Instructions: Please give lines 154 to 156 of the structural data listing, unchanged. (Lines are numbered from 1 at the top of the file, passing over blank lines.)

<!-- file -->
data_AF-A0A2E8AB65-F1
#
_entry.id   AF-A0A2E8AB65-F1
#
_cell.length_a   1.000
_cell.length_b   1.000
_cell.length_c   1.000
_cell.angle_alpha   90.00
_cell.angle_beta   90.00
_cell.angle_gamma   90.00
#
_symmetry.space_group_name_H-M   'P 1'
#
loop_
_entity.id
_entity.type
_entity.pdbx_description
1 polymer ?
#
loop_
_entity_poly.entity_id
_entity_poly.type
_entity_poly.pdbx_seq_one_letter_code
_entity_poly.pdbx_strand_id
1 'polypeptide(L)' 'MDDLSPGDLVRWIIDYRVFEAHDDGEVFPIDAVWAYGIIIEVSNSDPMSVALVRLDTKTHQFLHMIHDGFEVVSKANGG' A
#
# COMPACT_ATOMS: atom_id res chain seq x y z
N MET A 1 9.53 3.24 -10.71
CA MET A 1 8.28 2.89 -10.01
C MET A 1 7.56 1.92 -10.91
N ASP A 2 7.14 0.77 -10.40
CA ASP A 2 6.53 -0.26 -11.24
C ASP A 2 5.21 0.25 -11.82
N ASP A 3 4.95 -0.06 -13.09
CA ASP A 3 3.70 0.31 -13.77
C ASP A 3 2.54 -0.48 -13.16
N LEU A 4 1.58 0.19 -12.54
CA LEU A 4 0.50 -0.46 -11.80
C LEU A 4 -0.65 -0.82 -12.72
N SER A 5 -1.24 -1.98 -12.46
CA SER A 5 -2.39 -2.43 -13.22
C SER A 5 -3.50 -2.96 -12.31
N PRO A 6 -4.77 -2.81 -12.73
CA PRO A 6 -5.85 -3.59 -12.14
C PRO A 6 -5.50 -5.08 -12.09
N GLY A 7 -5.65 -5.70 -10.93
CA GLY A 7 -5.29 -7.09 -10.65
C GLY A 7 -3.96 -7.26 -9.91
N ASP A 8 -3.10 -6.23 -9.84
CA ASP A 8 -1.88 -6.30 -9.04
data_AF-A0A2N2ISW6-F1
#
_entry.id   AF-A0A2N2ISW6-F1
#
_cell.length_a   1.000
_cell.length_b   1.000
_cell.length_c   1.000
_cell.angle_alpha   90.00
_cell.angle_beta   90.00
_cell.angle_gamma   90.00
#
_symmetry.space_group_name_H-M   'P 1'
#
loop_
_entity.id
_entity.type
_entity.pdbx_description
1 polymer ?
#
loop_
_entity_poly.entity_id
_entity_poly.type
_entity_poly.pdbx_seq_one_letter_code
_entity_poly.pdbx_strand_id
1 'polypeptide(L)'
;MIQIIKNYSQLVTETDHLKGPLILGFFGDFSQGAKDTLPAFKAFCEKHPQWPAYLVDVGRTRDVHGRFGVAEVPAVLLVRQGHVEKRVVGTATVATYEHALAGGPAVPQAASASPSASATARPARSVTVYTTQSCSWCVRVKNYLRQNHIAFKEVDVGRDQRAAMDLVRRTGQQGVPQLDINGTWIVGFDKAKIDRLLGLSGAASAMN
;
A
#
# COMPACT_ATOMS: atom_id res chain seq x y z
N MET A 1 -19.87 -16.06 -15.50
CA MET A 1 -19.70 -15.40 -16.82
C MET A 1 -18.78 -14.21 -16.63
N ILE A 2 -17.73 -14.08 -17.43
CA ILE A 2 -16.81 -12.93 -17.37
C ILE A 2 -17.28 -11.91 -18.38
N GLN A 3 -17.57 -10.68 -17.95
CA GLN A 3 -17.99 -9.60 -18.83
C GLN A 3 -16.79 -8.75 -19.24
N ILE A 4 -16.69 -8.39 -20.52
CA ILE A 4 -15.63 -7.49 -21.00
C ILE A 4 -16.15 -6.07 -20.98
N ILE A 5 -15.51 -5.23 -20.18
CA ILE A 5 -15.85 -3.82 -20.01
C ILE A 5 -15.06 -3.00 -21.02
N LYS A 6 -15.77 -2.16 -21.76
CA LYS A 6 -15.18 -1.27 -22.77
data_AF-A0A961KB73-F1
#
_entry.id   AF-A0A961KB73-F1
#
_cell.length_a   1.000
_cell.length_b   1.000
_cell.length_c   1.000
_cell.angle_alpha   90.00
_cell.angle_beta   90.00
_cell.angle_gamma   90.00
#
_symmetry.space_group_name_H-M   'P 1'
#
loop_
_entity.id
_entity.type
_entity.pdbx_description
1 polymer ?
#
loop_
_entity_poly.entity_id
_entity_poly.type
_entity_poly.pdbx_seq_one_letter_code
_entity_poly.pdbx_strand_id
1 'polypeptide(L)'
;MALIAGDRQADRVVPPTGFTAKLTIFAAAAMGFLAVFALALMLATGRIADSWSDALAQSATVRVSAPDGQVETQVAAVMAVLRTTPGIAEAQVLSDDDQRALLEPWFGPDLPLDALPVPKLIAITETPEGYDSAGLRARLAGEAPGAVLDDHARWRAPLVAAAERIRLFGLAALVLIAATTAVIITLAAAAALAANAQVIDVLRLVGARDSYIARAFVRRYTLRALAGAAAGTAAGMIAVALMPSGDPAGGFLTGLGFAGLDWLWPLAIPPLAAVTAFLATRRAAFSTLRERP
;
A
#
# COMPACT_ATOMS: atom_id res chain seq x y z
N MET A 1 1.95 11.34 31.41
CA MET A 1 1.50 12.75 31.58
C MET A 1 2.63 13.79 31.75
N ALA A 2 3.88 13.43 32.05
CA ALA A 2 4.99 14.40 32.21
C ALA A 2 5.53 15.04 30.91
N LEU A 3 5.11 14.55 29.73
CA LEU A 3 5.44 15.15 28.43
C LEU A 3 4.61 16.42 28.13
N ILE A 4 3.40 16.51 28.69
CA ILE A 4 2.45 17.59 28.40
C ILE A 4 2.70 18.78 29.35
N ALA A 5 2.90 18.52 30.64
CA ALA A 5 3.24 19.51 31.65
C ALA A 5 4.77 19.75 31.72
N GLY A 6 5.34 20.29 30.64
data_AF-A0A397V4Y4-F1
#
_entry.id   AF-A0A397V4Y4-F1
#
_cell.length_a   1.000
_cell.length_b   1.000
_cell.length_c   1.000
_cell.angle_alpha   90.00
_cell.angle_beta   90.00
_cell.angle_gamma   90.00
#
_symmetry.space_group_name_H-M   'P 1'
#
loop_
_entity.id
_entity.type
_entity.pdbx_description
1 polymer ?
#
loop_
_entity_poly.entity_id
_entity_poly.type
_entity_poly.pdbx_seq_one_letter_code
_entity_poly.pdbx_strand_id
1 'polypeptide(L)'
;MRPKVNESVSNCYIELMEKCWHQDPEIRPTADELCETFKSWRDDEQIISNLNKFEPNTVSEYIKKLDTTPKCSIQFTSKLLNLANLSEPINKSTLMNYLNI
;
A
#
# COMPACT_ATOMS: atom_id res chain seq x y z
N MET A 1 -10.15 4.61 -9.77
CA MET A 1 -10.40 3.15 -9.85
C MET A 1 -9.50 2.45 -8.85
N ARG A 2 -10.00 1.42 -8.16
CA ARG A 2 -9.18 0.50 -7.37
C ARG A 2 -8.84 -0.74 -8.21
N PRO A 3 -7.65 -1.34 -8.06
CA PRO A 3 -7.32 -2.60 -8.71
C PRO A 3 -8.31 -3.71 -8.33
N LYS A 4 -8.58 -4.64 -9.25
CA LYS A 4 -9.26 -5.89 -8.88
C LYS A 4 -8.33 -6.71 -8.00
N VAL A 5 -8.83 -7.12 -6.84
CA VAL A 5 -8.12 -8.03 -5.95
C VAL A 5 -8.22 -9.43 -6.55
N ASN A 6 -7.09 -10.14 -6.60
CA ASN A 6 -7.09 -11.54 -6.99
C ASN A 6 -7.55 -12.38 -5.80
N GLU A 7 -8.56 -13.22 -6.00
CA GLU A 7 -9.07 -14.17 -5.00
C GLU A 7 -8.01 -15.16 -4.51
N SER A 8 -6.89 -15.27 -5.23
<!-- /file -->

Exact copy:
#
_symmetry.space_group_name_H-M   'P 1'
#